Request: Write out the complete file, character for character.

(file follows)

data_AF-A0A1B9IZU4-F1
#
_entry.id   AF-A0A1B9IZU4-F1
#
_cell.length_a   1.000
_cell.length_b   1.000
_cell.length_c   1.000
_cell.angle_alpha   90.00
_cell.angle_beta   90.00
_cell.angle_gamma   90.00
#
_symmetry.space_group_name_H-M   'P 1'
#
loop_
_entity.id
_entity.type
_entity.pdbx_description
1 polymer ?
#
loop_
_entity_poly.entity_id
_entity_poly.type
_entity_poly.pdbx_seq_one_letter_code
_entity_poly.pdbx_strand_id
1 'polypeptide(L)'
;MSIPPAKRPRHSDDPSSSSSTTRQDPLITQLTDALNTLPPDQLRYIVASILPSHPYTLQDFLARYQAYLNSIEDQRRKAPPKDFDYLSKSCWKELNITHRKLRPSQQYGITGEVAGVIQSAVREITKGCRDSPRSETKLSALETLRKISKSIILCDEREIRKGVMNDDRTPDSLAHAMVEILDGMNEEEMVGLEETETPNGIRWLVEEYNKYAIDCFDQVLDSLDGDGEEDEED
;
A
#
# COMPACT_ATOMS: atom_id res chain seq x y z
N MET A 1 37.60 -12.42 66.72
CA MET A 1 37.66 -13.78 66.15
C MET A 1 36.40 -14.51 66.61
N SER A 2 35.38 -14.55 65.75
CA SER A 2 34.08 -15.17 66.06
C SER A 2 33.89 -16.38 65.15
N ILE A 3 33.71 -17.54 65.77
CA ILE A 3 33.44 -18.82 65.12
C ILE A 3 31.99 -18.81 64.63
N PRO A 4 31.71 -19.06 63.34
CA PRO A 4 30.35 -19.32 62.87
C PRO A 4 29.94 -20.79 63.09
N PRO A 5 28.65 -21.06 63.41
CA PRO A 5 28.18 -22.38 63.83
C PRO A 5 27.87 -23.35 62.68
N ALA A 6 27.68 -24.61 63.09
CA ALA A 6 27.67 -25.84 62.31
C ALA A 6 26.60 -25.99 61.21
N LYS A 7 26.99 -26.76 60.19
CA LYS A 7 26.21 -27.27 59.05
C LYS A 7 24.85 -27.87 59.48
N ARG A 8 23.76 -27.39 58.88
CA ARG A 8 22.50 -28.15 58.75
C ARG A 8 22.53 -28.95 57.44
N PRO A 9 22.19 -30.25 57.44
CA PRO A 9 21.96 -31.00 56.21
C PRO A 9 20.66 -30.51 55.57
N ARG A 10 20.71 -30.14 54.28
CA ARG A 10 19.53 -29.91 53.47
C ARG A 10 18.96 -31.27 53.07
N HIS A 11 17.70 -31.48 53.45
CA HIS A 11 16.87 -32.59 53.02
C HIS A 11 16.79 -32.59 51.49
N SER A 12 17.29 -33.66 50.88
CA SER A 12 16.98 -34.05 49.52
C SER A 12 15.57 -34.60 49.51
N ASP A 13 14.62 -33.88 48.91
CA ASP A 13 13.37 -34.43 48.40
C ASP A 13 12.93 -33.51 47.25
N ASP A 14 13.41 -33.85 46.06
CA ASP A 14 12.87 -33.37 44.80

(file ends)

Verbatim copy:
data_AF-A0A1B9IZU4-F1
#
_entry.id   AF-A0A1B9IZU4-F1
#
_cell.length_a   1.000
_cell.length_b   1.000
_cell.length_c   1.000
_cell.angle_alpha   90.00
_cell.angle_beta   90.00
_cell.angle_gamma   90.00
#
_symmetry.space_group_name_H-M   'P 1'
#
loop_
_entity.id
_entity.type
_entity.pdbx_description
1 polymer ?
#
loop_
_entity_poly.entity_id
_entity_poly.type
_entity_poly.pdbx_seq_one_letter_code
_entity_poly.pdbx_strand_id
1 'polypeptide(L)'
;MSIPPAKRPRHSDDPSSSSSTTRQDPLITQLTDALNTLPPDQLRYIVASILPSHPYTLQDFLARYQAYLNSIEDQRRKAPPKDFDYLSKSCWKELNITHRKLRPSQQYGITGEVAGVIQSAVREITKGCRDSPRSETKLSALETLRKISKSIILCDEREIRKGVMNDDRTPDSLAHAMVEILDGMNEEEMVGLEETETPNGIRWLVEEYNKYAIDCFDQVLDSLDGDGEEDEED
;
A
#
# COMPACT_ATOMS: atom_id res chain seq x y z
N MET A 1 37.60 -12.42 66.72
CA MET A 1 37.66 -13.78 66.15
C MET A 1 36.40 -14.51 66.61
N SER A 2 35.38 -14.55 65.75
CA SER A 2 34.08 -15.17 66.06
C SER A 2 33.89 -16.38 65.15
N ILE A 3 33.71 -17.54 65.77
CA ILE A 3 33.44 -18.82 65.12
C ILE A 3 31.99 -18.81 64.63
N PRO A 4 31.71 -19.06 63.34
CA PRO A 4 30.35 -19.32 62.87
C PRO A 4 29.94 -20.79 63.09
N PRO A 5 28.65 -21.06 63.41
CA PRO A 5 28.18 -22.38 63.83
C PRO A 5 27.87 -23.35 62.68
N ALA A 6 27.68 -24.61 63.09
CA ALA A 6 27.67 -25.84 62.31
C ALA A 6 26.60 -25.99 61.21
N LYS A 7 26.99 -26.76 60.19
CA LYS A 7 26.21 -27.27 59.05
C LYS A 7 24.85 -27.87 59.48
N ARG A 8 23.76 -27.39 58.88
CA ARG A 8 22.50 -28.15 58.75
C ARG A 8 22.53 -28.95 57.44
N PRO A 9 22.19 -30.25 57.44
CA PRO A 9 21.96 -31.00 56.21
C PRO A 9 20.66 -30.51 55.57
N ARG A 10 20.71 -30.14 54.28
CA ARG A 10 19.53 -29.91 53.47
C ARG A 10 18.96 -31.27 53.07
N HIS A 11 17.70 -31.48 53.45
CA HIS A 11 16.87 -32.59 53.02
C HIS A 11 16.79 -32.59 51.49
N SER A 12 17.29 -33.66 50.88
CA SER A 12 16.98 -34.05 49.52
C SER A 12 15.57 -34.60 49.51
N ASP A 13 14.62 -33.88 48.91
CA ASP A 13 13.37 -34.43 48.40
C ASP A 13 12.93 -33.51 47.25
N ASP A 14 13.41 -33.85 46.06
CA ASP A 14 12.87 -33.37 44.80